It goes without saying that your 4X4’s engine must be in top condition before you set off touring anywhere. Doing a thorough sweep of your engine’s main functions and parts can save you a whole heap of hassle if anything goes wrong in the middle of the outback somewhere.

 

The main engine checks you or a qualified professional should carry out are:

  • Where are you at in your service interval? A lot of these newer vehicles have incredibly long service intervals – if you’re getting close to the end and you have a long trip, you may want to consider getting it done before you go
  • If the above isn’t an issue, check your fluid levels, this includes diff and gearbox levels if you feel confident enough to do so
  • Check your cooling system – coolant level and appropriate additives is just as important as checking hoses and hose clamps to ensure they are in appropriate condition. If you have any doubt or are going on a very remote trip, get them all changed and take the current hoses and clamps as spares for roadside repairs.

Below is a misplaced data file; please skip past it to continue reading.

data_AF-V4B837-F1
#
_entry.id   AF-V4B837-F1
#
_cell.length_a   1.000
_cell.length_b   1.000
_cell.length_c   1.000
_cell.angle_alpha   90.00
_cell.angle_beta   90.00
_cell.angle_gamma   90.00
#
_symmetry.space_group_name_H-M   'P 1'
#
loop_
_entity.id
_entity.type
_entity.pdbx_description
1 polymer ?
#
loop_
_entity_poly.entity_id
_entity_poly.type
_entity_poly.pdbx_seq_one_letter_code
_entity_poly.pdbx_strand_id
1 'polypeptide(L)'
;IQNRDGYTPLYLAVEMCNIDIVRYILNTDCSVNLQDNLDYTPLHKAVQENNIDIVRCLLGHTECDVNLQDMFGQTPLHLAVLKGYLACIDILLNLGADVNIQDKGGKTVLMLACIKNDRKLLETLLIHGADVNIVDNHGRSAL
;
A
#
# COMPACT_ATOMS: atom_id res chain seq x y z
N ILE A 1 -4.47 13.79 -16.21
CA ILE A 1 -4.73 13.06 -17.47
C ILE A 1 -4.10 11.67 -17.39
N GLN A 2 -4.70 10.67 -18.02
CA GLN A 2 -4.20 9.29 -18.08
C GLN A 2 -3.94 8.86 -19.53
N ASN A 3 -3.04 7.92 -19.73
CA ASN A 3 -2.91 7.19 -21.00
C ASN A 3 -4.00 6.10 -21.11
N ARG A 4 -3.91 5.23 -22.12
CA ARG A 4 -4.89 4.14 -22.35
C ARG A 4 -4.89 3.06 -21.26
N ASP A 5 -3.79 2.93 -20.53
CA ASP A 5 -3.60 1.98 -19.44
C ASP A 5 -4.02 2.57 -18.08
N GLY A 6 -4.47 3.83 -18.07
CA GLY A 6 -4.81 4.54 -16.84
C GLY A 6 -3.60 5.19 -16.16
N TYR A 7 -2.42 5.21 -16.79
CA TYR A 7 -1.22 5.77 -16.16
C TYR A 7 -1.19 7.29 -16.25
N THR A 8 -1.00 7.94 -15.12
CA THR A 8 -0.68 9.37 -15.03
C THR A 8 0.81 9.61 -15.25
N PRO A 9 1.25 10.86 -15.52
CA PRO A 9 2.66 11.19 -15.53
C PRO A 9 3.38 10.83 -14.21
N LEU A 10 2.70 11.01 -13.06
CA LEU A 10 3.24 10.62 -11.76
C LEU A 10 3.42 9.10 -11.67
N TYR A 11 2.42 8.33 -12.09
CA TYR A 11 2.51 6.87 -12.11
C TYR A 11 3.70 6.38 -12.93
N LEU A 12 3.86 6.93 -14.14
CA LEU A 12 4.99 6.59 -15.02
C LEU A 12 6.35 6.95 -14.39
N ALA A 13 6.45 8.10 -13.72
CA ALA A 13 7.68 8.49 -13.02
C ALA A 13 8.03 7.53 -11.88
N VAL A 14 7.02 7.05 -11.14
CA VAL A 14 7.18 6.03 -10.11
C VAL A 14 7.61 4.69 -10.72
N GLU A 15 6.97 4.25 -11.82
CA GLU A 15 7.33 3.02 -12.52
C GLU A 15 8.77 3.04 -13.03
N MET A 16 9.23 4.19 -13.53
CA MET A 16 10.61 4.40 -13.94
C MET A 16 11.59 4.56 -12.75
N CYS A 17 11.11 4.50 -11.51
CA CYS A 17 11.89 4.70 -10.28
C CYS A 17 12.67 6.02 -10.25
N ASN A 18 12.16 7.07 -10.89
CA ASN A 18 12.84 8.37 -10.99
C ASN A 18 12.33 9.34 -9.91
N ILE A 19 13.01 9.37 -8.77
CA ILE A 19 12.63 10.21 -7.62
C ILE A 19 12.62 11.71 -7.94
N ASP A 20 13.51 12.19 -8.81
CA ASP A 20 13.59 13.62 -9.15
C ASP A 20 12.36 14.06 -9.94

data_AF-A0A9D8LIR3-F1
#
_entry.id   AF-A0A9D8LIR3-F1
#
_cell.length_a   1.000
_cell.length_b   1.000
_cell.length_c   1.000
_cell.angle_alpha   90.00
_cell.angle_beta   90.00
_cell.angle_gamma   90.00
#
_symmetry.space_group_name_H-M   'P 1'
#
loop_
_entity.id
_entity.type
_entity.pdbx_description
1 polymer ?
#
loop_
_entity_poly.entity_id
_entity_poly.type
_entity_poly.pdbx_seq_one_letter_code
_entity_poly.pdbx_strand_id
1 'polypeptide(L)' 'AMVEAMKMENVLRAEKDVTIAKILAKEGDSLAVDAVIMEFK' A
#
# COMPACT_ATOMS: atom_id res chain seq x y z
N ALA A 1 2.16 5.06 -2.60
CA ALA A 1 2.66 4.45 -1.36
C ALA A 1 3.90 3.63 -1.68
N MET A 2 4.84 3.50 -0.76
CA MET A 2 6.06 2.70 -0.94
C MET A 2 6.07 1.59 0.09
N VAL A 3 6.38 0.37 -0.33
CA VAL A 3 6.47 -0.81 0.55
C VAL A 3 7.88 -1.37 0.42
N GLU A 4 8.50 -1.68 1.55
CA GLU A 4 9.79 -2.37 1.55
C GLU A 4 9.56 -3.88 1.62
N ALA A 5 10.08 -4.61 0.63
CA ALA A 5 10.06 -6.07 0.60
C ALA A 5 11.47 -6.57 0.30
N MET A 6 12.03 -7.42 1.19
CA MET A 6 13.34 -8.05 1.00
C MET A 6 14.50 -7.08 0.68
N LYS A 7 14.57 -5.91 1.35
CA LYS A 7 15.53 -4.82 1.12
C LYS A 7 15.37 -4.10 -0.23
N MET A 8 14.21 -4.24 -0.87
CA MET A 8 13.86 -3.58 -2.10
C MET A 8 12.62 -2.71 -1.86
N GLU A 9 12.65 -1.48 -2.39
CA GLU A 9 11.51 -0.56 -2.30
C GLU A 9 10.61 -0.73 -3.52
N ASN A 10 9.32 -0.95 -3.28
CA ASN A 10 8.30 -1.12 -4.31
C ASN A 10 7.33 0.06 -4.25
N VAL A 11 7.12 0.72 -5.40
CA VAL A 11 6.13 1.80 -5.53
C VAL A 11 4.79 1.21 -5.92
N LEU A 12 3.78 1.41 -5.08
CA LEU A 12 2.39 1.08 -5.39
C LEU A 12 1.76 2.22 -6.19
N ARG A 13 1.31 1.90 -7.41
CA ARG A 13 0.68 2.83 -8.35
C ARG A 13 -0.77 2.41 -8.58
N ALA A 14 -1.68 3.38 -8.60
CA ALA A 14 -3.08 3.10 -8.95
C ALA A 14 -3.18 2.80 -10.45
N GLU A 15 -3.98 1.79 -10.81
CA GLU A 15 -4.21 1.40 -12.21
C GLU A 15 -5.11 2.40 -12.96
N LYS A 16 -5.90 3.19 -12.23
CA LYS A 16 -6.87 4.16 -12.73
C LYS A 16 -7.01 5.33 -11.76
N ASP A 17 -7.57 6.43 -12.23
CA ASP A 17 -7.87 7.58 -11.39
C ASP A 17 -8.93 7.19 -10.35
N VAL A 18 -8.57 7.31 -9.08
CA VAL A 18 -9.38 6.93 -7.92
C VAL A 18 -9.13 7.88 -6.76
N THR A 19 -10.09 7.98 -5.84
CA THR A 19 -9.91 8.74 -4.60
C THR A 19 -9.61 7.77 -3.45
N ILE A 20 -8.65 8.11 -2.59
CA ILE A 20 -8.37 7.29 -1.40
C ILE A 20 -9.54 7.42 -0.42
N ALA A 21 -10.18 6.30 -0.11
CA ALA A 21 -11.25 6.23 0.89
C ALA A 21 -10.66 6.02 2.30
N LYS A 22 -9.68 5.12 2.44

• Check all your drive belts – if there is any sign of wear get them replaced and keep the current ones as spares
  • Heard or felt any niggling little things that you’ve ignored lately? Clutch slipping a little?, a sneaky misfire or a little too much cranking before the engine fires? Now’s your time to get it sorted – especially if you’re planning a very remote trip!
  • If you have a newer car, get the scangauge out and check for any errors – and take it with you!

It’s important to carry some spares – a set of hoses including heater hoses, all your drive belts, some oil and oil filter along with a fuel and air filter are a basic minimum for remote travel.

 

Electrical System